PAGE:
A Patchwork Fall

A Patchwork Fall
"A work of art which did not begin in emotion is not art." ~Paul Cezanne~

February 24, 2013

Experimental Painting

As of last Spring, when my "King of Yellow Heart" painting was accepted to the Utah Watercolor Society (UWS) Spring Show, I became what is called a "Two Star" member of the UWS. There are levels of membership you can work for in the society. A Two Star member is someone who has been accepted to two Spring shows (which are very competitive). The shows are juried by a well-known artist the society has brought in for the Spring workshop. The next level (which I am still working towards) is to become a Signature Member, which requires being accepted into eight shows (UWS Spring Show, UWS Fall Show, or the Western Federation Show)...AND you must win a major award in one of the shows.  Obviously, this takes time to achieve as all the shows are very competitive, so this status is a mark of accomplishment.

Currently, I have three of the eight shows required, but no major awards...and this has taken me 10 years of membership to achieve so far. Though, to be fair, there have been a few years that I did not submit paintings to shows...so perhaps I could be farther along than I am. But, perhaps not. There have been plenty of times I have submitted and not been accepted. :)

Anyway, the point of all this being that, now that I have achieved Two Star status, I am eligible for participation in an additional show for UWS each year: The Two Star/Signature Show - which (as you may surmise) only Two Star and Signature members may enter.

This year, the theme of the show is "Breaking Through - Something New" and the challenge is to create and enter a painting that uses techniques or styles that are not your usual "tried and true" methods. Break out of your comfort zone. Create something new and different for you.

So I decided that now is the time to try a few techniques I have been wanting to try for a long time but never seem to get around to. I usually have such limited painting time that it is generally dedicated to a specific task such as Nibblefest, or commission work, or an entry for a show, and I rarely take time to try new and different techniques just for the experience of finding out how they work for me. This is no different. I am still time-limited. But, since the theme of this show is to try something new, I have finally found my opportunity to give it a whirl!

Inspired by Betsy Dillard Stroud and various other articles and things I have read in Watercolor Artist magazine, I decided to try some more abstract painting techniques in the way of pouring, splattering, taping, weaving, and stamping.  I also took my paper outside to the snow and threw some snow on in before pouring.  True to myself though, I did splatter some masking fluid across the paper as well. It still has to be "me" after all!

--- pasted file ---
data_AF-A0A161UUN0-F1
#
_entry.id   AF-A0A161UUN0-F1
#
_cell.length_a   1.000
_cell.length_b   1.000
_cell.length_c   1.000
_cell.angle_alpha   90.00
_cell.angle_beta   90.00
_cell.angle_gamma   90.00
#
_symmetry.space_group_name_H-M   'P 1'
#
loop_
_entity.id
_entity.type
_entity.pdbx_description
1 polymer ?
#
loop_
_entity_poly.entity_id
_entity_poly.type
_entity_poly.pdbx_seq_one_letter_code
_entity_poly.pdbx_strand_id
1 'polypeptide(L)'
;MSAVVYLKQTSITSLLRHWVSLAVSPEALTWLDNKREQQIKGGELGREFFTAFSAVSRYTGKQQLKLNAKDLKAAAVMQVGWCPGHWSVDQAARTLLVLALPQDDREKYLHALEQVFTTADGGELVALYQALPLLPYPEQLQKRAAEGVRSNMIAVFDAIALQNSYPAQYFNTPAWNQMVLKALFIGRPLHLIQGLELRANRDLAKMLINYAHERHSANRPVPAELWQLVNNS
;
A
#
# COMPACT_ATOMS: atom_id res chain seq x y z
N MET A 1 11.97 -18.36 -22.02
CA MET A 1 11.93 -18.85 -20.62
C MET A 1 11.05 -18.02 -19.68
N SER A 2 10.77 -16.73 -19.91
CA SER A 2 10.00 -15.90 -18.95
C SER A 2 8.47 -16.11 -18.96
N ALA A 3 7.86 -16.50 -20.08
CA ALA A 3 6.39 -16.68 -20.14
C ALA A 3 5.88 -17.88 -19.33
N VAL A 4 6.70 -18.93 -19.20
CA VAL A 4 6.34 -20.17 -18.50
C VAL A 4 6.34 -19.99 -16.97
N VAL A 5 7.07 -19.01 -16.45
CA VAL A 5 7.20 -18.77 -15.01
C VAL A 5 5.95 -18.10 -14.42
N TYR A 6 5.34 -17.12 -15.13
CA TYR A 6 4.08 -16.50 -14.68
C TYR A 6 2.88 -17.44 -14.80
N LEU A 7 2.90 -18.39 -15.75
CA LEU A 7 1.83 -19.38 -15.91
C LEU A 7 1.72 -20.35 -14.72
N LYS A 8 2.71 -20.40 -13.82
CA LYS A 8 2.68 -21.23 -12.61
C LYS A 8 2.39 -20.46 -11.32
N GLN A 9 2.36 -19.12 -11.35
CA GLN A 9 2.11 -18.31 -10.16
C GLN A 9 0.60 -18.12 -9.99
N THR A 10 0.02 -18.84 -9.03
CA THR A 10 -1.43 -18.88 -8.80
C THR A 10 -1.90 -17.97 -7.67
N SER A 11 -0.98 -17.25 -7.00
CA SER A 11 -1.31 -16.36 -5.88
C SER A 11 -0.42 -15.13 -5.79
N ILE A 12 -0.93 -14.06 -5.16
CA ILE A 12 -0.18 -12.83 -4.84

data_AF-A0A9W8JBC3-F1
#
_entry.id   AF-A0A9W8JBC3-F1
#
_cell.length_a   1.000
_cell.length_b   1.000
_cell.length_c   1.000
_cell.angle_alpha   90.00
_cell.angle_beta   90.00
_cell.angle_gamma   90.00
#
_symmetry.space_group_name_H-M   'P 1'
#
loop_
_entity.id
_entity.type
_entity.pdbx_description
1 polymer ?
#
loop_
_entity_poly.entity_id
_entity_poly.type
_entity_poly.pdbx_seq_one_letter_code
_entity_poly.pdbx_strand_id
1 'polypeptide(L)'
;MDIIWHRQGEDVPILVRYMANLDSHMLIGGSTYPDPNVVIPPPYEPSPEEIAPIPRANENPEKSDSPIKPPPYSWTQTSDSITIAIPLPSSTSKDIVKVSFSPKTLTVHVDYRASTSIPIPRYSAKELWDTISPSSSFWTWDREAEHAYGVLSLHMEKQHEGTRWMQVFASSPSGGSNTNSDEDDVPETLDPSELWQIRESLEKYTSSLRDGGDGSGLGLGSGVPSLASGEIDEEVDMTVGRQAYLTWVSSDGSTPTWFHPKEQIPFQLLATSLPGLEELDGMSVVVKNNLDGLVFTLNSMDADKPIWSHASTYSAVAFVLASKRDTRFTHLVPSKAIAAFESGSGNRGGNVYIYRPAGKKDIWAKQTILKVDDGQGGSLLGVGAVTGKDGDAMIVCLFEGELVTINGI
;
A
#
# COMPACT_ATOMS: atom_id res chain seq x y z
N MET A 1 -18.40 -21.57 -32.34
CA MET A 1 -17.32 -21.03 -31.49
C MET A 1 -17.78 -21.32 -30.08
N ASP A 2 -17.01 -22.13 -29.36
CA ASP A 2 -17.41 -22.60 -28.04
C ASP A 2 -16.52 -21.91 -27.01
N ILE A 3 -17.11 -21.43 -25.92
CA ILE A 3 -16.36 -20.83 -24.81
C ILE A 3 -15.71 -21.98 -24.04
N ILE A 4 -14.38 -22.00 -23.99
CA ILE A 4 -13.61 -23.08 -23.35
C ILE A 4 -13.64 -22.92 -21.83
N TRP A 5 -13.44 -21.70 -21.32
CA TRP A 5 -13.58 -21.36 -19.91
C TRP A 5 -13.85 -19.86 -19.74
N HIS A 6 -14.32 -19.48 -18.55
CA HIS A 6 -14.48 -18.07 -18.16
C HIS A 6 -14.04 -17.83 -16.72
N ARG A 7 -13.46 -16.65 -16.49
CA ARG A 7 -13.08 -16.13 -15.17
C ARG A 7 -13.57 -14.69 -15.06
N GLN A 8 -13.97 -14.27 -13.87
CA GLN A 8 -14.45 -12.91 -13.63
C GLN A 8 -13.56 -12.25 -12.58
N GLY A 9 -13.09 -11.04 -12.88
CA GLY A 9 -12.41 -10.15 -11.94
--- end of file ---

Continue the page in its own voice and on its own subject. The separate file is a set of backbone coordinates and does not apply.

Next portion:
First step:  Paper prep:  I am using Arches 140 lb cold press watercolor paper. I folded the paper in half and made two halves that will be about the same size (for weaving). I attached it to my support board and then tore some random pieces of blue painter's tape and stuck them to the paper. Then I splattered it with masking fluid.

Step two:  Using four colors of Reeves Acrylic Colour (Medium Yellow, Blue Lake, Phthalo Blue, and Brilliant Red), I prep four disposable cups with one color each, dissolved in water for the pour/splatter.  (Note: this is also new for me because I typically don't use acrylic paint.)

Step three:  Take the support board with prepped paper outside and prop it against my kids' tricycle in the snow. (Hey, you have to use what's available!)  Then I threw a few handfuls of snow on the paper (which stuck kind of like snowballs). Then, throw/pour/splatter the four colors of paint.

The first round of pouring, I discovered that the paint washes were a little light for my goal and also they ran right off the paper. So...

Hospital gown makes a decent "apron" to help guard against paint splatter.

Step four:  Lay board down on snow on a slight downward slope. Re-mix the paint cups, but with more color saturation. Repeat the pour/splatter/throw process.

Results so far...
  • Places where I hit the paper with snow have made interesting ice-crystal-like designs on the paper.
  • A bit of "mud" where the colors have mixed too much rather than "mingled." (Like that Easter egg that you dipped into one too many colors.)
  • Quite a few blobs of undissolved acrylic paint (which, I hope, will be an interesting texture element to the final painting.

 Now I have to wait for it to dry. The final steps will be stamping (with a stamp I created and hand carved myself out of linoleum), and then cut and weave the paper together.

We'll see how it all turns out.  :)  Thanks for reading along!

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